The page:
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Ancient Greek General Archytas was Founder of Mathematical Mechanics

The brilliant general and mathematician Archytas—one of many polymaths in Ancient Greece—has a crater on the Moon named after him. Credit: Selinous /CC BY-SA 4.0

Archytas of Tarentum, who was born around the year 435 BC in what is now Taranto, Apulia, Italy, was another in a long line of brilliant polymaths from Ancient Greece, a noted military general and strategist who also made his mark in the realms of geometry, physics, astronomy, and music.

A friend of Plato, he was a brilliant philosopher, as well. As a scientist, he belonged to the Pythagorean school and became well-known for being the reputed founder of mathematical mechanics.

The son of Mnesagoras, Archytas was taught by Philolaus, and was himself a teacher of mathematics to Eudoxus of Cnidus. They both had Menaechmus as a mathematical student. As a Pythagorean, Archytas purportedly believed that only arithmetic, not geometry, could provide a basis for satisfactory proofs. However, his later invention of what came to be called Archytas’ curve disproved that theory.

As described in the writings of Aulus Gellius—five centuries after he lived—he was reputed to have designed and built the first artificial, self-propelled flying device, a bird-shaped model propelled by a jet of what was probably steam, said to have actually flown some 200 meters.

Known today as the “Pigeon of Archytas,” it is famous for being the basis of many a backyard experiment in the physics of steam. His original apparatus may have been suspended on a wire or pivot for its flight.

Archytas also wrote some lost works on the science of mechanics, as he was included by Vitruvius in the list of the twelve authors of works of mechanics.

Archytas named the harmonic mean, which was important much later in projective geometry and number theory, although he did not invent it. According to Eutocius, Archytas solved the problem of doubling the cube (the so-called Delian problem) with the geometric construction of his eponymous Curve.

Archytas' curve
Archytas’ curve. Credit: Fama Clamosa/CC0

Before his time, Hippocrates of Chios had reduced this problem to finding mean proportionals. Archytas’ theory of proportions is treated in book VIII of Euclid’s “Elements,” where the construction for two proportional means is equivalent to the extraction of the cube root.

According to Diogenes Laërtius, this demonstration, which uses lines generated by moving figures to construct the two proportionals between magnitudes, was the first in which geometry was studied with concepts of mechanics. The graceful Archytas curve, which he used in his solution of the doubling the cube problem, is named after him.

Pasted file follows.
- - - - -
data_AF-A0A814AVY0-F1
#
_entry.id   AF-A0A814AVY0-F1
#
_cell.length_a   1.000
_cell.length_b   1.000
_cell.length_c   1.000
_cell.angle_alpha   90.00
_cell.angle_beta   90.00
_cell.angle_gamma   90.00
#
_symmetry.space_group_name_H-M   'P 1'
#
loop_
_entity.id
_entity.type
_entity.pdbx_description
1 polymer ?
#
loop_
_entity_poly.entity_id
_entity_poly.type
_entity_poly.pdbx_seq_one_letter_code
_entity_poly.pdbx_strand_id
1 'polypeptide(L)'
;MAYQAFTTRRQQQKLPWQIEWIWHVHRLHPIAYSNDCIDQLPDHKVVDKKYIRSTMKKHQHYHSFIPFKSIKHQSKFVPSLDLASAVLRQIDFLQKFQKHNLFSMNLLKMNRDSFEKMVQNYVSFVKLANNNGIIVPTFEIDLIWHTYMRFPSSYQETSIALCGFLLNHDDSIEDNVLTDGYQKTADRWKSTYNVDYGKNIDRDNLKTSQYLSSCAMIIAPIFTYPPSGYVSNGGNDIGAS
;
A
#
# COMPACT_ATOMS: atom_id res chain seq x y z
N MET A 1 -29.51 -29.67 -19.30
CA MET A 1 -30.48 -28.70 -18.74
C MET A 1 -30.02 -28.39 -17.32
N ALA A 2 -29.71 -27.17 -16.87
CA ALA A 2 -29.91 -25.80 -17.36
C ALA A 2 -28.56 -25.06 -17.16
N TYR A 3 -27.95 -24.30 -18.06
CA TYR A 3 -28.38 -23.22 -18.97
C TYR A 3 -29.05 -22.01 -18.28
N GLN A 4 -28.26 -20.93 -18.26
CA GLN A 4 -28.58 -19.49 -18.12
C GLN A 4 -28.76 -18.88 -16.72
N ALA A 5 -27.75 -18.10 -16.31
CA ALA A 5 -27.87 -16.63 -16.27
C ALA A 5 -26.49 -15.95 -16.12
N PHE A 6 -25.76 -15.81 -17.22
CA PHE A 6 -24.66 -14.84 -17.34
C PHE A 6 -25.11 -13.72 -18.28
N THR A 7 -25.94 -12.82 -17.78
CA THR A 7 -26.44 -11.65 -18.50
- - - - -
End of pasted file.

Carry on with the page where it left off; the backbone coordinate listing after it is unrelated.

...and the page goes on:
Pericles, a brilliant strategist of his time in Magna Graecia

Politically and militarily, Archytas appears to have been the dominant figure in Tarentum, in what was then Greater Greece in his generation, somewhat comparable to Pericles in Athens a half-century earlier.

The Tarentines elected him strategos, or “General,” seven years in a row—a move which required them to violate their own rule against successive appointments. He was allegedly undefeated as a general in Taranto’s campaigns against its southern Italian neighbors.

The Seventh Letter of Plato states that Archytas attempted to rescue Plato during his difficulties with Dionysius II of Syracuse.

In his public career, Archytas had a reputation for virtue as well as efficacy.

Some scholars have argued that the polymath, Archytas, may have served as a model for Plato’s “philosopher king,” and that he influenced Plato’s political philosophy as shown in The Republic and other works, especially as is obvious in his question “how does a society obtain good rulers like Archytas, instead of bad ones like Dionysius II?”

The crater called “Archytas” on the Moon was named in his honor by NASA.

Archytas’ eponymous curve

The Archytas curve is created by placing a semicircle (with a diameter of d) on the diameter of one of the two circles of a cylinder (which also has a diameter of d) such that the plane of the semicircle is at right angles to the plane of the circle and then rotating the semicircle about one of its ends in the plane of the cylinder’s diameter. This rotation will cut out a portion of the cylinder forming the Archytas curve.

Another way to think about this shape is that the Archytas curve is basically the result of cutting out a torus (a surface or solid) formed by rotating a hemisphere of diameter d out of a cylinder also of diameter d. A cone can go through the same procedures and also produce the Archytas curve. Archytas used his curve to determine the construction of a cube with a volume of one third of that of a given cube.

Although a friend of Plato, after his invention of the curve, he was criticized for “contaminating” the purity of geometry with mechanics.

Plutarch says in his Symposiacs, Book VIII, Question 2: “And therefore Plato himself dislikes Eudoxus, Archytas, and Menaechmus for endeavoring to bring down the doubling the cube to mechanical operations; for by this means all that was good in geometry would be lost and corrupted, it falling back again to sensible things, and not rising upward and considering immaterial and immortal images, in which God being versed is always God.”

In music, Archytas’ greatest contribution was the creation of ratios that present an interrelated intervallic system. Archytas’ ratios were providentially preserved by Ptolemy.

Since much of ancient Greek musical theory is lost, this system, which was recorded in Plato’s Republic, offers valuable evidence about pre-Aristoxenian Greek music, especially about “harmonia” and the technique of transposition, which later were developed into complete systems of octave species and “tonoi,” to use the Greek terms.

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